Out of Process

To move the processing of the file into another separate process, we can leverage a queue.

First, the Client/Browser will upload the file and our HTTP API.

Processing Large Payloads with the Claim Check Pattern

Once the file is been uploaded, we create a message and send it to the queue of our message broker.

Processing Large Payloads with the Claim Check Pattern

Once the message has been sent to the queue, we can then complete the request from the client/browser.

Now asynchronously a consumer can receive the message from the message broker and do the ETL work needed.

Processing Large Payloads with the Claim Check Pattern

Large Messages

There is one problem with this solution. If the file being uploaded is large and we’re putting the contents into the message on our queue, that means we’re going to have very large messages in our queue.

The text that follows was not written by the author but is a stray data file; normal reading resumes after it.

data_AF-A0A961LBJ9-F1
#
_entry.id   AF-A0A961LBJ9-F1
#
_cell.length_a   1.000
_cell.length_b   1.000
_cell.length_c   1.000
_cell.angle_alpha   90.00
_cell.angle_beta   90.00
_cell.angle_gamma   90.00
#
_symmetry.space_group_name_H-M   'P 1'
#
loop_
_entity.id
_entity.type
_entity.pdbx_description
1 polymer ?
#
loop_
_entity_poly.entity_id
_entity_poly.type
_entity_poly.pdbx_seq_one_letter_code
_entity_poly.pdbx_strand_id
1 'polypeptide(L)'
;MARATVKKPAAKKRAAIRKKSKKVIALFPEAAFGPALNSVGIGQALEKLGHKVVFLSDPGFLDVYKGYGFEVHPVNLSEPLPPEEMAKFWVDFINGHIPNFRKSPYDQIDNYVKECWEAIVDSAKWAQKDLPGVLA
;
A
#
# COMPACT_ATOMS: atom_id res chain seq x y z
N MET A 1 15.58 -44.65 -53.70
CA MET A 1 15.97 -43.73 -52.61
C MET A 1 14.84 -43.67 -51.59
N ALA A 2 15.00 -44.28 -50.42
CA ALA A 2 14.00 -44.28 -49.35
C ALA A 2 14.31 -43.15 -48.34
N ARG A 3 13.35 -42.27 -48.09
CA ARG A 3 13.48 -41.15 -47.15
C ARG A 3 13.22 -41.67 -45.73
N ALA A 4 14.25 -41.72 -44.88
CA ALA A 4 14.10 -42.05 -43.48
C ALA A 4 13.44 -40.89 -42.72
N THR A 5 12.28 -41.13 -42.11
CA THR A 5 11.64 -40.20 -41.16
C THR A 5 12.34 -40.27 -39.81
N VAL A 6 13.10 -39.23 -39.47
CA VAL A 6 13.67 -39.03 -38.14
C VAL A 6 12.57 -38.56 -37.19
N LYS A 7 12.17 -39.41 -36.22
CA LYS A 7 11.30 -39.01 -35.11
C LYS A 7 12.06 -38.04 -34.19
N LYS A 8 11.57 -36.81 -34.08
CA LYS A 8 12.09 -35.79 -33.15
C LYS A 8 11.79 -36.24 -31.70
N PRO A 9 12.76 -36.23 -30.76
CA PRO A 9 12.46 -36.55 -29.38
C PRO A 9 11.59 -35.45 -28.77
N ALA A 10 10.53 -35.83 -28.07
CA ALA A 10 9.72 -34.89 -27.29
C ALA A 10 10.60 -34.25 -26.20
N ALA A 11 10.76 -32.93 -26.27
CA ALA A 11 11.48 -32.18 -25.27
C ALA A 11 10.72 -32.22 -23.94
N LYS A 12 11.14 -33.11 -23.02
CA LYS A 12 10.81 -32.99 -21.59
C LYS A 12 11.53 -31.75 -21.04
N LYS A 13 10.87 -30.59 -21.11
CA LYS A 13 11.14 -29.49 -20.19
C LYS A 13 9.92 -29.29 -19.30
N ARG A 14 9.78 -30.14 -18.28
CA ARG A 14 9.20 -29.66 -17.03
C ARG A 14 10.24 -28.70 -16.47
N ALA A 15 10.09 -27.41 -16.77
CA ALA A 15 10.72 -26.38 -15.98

This isn’t a good idea for a few reasons. The first is that your message broker might not even support the size of messages you’re trying to send it. The second is that large messages can have performance implications with the message broker because you’re pushing a large amount of data to them, and then also pulling that large message out. Finally, the third issue is that your message broker may have a total volume limit. It may not be the number of messages but rather the total volume that has a limit. This means that you may only be able to have a limited number of messages because the messages themselves are so large.

This is why it’s recommended to keep messages small. But how do you keep a message small when you need to process a large file? That’s where the claim check pattern comes in.